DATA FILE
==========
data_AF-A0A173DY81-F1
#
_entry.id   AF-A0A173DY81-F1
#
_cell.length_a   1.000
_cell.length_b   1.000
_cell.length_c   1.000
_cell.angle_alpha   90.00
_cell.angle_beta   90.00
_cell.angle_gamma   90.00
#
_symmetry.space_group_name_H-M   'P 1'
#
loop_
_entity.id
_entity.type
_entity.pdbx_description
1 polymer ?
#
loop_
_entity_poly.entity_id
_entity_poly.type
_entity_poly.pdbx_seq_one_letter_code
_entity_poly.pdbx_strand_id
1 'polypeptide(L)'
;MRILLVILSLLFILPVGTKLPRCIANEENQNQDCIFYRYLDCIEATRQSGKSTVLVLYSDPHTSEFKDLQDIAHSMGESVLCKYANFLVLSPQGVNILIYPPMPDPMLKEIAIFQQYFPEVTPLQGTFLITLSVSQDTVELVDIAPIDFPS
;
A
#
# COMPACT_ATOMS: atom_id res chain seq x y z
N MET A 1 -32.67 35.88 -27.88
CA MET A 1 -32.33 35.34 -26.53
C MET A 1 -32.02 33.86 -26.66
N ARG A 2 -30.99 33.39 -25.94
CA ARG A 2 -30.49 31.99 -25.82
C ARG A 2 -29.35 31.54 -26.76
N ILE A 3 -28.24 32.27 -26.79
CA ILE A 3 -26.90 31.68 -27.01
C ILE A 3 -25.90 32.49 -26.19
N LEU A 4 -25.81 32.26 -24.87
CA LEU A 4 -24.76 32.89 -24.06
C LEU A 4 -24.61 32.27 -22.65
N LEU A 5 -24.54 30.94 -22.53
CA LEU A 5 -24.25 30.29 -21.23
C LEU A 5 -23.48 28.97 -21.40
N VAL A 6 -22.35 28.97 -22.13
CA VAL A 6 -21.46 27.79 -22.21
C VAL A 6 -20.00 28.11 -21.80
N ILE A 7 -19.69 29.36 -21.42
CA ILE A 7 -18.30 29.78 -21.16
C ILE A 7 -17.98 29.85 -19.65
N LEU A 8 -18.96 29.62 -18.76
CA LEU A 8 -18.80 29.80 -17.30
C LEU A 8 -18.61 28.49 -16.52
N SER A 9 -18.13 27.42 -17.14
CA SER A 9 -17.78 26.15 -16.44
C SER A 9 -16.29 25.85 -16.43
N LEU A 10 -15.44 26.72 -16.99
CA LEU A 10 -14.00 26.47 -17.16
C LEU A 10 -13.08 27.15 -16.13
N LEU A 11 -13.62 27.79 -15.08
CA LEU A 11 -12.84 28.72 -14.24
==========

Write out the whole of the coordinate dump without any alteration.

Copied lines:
data_AF-A0A173DY81-F1
#
_entry.id   AF-A0A173DY81-F1
#
_cell.length_a   1.000
_cell.length_b   1.000
_cell.length_c   1.000
_cell.angle_alpha   90.00
_cell.angle_beta   90.00
_cell.angle_gamma   90.00
#
_symmetry.space_group_name_H-M   'P 1'
#
loop_
_entity.id
_entity.type
_entity.pdbx_description
1 polymer ?
#
loop_
_entity_poly.entity_id
_entity_poly.type
_entity_poly.pdbx_seq_one_letter_code
_entity_poly.pdbx_strand_id
1 'polypeptide(L)'
;MRILLVILSLLFILPVGTKLPRCIANEENQNQDCIFYRYLDCIEATRQSGKSTVLVLYSDPHTSEFKDLQDIAHSMGESVLCKYANFLVLSPQGVNILIYPPMPDPMLKEIAIFQQYFPEVTPLQGTFLITLSVSQDTVELVDIAPIDFPS
;
A
#
# COMPACT_ATOMS: atom_id res chain seq x y z
N MET A 1 -32.67 35.88 -27.88
CA MET A 1 -32.33 35.34 -26.53
C MET A 1 -32.02 33.86 -26.66
N ARG A 2 -30.99 33.39 -25.94
CA ARG A 2 -30.49 31.99 -25.82
C ARG A 2 -29.35 31.54 -26.76
N ILE A 3 -28.24 32.27 -26.79
CA ILE A 3 -26.90 31.68 -27.01
C ILE A 3 -25.90 32.49 -26.19
N LEU A 4 -25.81 32.26 -24.87
CA LEU A 4 -24.76 32.89 -24.06
C LEU A 4 -24.61 32.27 -22.65
N LEU A 5 -24.54 30.94 -22.53
CA LEU A 5 -24.25 30.29 -21.23
C LEU A 5 -23.48 28.97 -21.40
N VAL A 6 -22.35 28.97 -22.13
CA VAL A 6 -21.46 27.79 -22.21
C VAL A 6 -20.00 28.11 -21.80
N ILE A 7 -19.69 29.36 -21.42
CA ILE A 7 -18.30 29.78 -21.16
C ILE A 7 -17.98 29.85 -19.65
N LEU A 8 -18.96 29.62 -18.76
CA LEU A 8 -18.80 29.80 -17.30
C LEU A 8 -18.61 28.49 -16.52
N SER A 9 -18.13 27.42 -17.14
CA SER A 9 -17.78 26.15 -16.44
C SER A 9 -16.29 25.85 -16.43
N LEU A 10 -15.44 26.72 -16.99
CA LEU A 10 -14.00 26.47 -17.16
C LEU A 10 -13.08 27.15 -16.13
N LEU A 11 -13.62 27.79 -15.08
CA LEU A 11 -12.84 28.72 -14.24